Minnesota Health and Human Services Licensing

HEALTH AND HUMAN SERVICES LICENSING

Arneson & Geffen represents individuals and facilities in matters involving the Minnesota Department of Health (“MDH”) and the Minnesota Department of Human Services (“DHS”).  Arneson & Geffen has successfully represented clients in cases involving alleged maltreatment, disqualifications, set-asides and more.  We help clients in administrative appeals, and appeals before district court and the court of appeals.

Jon Geffen published an article with Hamline Law School Journal of Public Law and Policy addressing how licensing laws impact employees.  The article analyzes the role of regulators such as MDH and DHS and how their decisions have dramatic and life-changing effects on individuals’ employment.  You can read this article beginning in the spring of 2010 at http://law.hamline.edu/jplp/index.html.

In February 2010, Jon Geffen received a favorable decision from the Minnesota Court of Appeals reversing a DHS decision to deny a client the right to a hearing to determine if he was disqualified.  The court agreed with Mr. Geffen’s argument that an individual has a constitutional right to a hearing when disqualified from employment.

Examples of recent successful cases:

Finger in the Door:  Obtained a reversal of a DHS decision that a child care provider committed maltreatment when she accidently closed a door on a child’s finger causing some minor harm.  After a hearing and briefing, the administrative law judge ruled the injury was an accident and overturned DHS’s finding.  The client quickly returned to her position

Finger in the Door #2:  Obtained a reversal of a DHS decision that a child care provider committed maltreatment when she accidently closed a door on a child’s finger causing some minor harm.  After a hearing and briefing, the administrative law judge ruled that the incident was an accident and overturned DHS’s finding of maltreatment.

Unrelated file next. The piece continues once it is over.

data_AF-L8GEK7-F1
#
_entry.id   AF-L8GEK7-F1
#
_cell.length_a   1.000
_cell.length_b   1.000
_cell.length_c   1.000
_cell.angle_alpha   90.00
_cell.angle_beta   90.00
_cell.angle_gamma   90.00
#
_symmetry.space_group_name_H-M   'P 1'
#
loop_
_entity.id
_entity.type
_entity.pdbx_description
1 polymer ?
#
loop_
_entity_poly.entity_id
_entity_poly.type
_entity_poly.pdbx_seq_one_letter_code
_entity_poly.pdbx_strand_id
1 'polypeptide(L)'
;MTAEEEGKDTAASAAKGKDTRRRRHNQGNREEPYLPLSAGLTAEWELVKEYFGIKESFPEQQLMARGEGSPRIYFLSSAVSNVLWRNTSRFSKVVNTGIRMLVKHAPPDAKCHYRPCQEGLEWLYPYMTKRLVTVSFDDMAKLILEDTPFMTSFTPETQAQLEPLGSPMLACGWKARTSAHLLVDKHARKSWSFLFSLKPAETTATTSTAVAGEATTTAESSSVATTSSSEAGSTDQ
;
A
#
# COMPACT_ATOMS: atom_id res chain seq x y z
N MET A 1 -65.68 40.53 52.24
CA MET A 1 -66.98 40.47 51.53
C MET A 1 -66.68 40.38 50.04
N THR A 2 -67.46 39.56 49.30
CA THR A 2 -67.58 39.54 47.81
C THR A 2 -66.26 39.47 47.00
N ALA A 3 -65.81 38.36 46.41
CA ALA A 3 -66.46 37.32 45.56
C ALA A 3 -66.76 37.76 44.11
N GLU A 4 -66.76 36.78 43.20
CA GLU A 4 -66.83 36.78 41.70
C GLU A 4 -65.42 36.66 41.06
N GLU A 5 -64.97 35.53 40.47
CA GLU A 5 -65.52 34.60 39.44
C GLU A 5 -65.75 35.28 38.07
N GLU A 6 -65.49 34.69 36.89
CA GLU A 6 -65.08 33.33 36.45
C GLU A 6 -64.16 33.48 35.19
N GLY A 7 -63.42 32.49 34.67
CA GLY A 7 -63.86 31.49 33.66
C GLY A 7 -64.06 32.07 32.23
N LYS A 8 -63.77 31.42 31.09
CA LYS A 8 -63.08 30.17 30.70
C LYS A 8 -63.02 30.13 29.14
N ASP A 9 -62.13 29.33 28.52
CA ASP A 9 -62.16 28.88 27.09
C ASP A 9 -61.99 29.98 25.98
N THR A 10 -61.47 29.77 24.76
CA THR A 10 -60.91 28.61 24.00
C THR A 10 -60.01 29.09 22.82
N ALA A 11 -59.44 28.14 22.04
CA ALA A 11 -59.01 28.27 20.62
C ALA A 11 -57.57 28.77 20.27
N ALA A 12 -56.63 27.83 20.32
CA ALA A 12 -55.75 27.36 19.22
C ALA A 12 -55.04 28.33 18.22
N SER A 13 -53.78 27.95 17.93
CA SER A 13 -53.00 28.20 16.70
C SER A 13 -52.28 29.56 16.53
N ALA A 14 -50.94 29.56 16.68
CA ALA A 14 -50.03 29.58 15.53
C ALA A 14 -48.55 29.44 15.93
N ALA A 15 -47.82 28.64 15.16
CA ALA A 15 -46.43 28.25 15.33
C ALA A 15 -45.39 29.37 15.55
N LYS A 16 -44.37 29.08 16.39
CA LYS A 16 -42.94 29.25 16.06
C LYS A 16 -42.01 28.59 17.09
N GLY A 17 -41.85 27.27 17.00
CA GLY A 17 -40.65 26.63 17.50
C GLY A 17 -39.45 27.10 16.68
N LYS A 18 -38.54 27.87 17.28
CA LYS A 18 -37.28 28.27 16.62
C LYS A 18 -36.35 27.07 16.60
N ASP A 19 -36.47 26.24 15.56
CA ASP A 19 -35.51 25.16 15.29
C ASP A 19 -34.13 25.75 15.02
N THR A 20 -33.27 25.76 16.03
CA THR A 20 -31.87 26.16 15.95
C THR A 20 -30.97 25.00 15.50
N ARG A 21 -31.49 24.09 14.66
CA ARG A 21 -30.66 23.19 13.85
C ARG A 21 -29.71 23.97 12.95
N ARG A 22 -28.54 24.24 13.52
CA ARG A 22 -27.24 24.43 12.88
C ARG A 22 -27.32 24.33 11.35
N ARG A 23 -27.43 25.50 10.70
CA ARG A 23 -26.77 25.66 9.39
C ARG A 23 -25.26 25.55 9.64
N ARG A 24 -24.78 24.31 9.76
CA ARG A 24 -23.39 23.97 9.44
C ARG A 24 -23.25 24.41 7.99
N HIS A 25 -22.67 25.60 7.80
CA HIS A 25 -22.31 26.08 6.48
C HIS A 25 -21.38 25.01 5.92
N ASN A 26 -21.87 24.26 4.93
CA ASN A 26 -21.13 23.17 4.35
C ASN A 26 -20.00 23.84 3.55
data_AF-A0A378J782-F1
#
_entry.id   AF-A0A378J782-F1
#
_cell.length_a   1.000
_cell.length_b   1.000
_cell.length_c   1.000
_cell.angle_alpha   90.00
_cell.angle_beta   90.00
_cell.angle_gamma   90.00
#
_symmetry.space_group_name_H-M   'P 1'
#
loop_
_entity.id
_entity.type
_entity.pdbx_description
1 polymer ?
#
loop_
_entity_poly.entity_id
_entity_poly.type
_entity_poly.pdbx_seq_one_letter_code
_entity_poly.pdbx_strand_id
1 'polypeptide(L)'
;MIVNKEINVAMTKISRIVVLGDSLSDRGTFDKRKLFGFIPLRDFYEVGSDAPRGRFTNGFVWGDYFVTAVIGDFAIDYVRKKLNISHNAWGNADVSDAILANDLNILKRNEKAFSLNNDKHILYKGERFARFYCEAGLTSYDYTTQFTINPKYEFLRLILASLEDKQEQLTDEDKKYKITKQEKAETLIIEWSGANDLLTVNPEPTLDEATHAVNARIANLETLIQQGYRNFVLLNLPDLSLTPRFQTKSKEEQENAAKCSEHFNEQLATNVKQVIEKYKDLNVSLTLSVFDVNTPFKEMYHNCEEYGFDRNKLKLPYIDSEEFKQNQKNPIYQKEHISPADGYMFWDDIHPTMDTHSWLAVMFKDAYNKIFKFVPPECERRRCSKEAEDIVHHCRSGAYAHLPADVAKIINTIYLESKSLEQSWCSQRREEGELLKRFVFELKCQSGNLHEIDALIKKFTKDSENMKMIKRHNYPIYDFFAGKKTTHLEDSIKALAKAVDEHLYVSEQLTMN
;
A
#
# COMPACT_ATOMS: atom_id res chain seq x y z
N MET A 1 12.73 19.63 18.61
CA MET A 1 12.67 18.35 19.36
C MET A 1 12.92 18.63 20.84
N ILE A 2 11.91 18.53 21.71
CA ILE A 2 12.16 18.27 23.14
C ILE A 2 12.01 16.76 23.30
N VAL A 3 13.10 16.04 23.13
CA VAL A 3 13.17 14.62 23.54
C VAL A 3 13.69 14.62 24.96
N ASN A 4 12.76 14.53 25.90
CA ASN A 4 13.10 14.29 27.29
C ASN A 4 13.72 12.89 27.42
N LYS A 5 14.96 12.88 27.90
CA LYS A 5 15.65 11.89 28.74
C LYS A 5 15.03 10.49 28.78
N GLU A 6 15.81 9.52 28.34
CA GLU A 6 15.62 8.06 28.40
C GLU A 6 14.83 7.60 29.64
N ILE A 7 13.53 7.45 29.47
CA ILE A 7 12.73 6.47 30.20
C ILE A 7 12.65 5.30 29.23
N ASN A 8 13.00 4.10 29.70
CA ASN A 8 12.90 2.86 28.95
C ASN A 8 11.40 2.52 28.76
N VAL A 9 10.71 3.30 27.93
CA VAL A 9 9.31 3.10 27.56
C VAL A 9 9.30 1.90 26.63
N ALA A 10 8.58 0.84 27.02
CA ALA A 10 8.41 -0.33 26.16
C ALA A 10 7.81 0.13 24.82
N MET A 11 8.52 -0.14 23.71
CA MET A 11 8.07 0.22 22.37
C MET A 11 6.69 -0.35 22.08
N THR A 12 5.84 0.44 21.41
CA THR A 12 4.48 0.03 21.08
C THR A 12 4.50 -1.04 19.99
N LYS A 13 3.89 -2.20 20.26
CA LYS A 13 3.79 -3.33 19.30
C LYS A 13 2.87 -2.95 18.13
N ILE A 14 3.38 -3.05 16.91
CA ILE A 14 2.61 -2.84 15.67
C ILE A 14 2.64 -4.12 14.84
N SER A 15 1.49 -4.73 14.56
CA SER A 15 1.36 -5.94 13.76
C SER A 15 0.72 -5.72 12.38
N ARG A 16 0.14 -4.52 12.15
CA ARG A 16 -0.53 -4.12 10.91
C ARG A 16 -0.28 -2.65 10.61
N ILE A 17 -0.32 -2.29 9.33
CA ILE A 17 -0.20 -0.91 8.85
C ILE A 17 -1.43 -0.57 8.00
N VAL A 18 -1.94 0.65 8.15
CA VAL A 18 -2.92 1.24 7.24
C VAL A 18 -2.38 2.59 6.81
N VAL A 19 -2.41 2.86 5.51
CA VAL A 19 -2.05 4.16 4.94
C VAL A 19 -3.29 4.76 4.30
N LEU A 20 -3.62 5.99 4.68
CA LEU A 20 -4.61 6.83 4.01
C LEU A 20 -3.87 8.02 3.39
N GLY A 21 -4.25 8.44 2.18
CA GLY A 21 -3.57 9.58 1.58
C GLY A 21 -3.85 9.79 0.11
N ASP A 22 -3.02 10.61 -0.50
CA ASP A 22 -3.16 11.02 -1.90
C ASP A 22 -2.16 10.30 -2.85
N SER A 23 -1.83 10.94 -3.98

Maltreatment by Kit-Kat:  Obtained a reversal of a DHS decision that child care facility committed maltreatment against a minor when a staff member ignored policy rules and fed a child with a peanut allergy a candy bar that was made in a facility that used peanuts.  After a contested case hearing, the judge ruled that the facility followed state laws and the employee, despite training, deviated from that policy.  The judge overturned DHS’s finding that the facility committed maltreatment against a minor.

Permanent Disqualification Reversal:  Obtained a reversal of a DHS decision that a nurse’s aide was permanently disqualified from working in her field based on a non-conviction that occurred 15 years ago in another state.  In reaching its original determination, DHS concluded that although she was not convicted of the crime, the police reports indicated that based on the preponderance of the evidence, the client committed second degree assault.  After numerous communications with DHS, it reversed its decision and client continued to work in her chosen field.

Constitutional Violation:  Obtained a decision from the Minnesota Court of Appeals reversing DHS’s decision to deny client a hearing.  Client was never convicted of a crime, but DHS concluded based on 10 year old police records that the preponderance of the evidence illustrated client committed a crime that disqualified him from working as a social worker for 15 years.  We are awaiting a trial to prove client did not commit a crime.   This decision is available at http://www.lawlibrary.state.mn.us/archive/ctappub/1002/opa091061-0223.pdf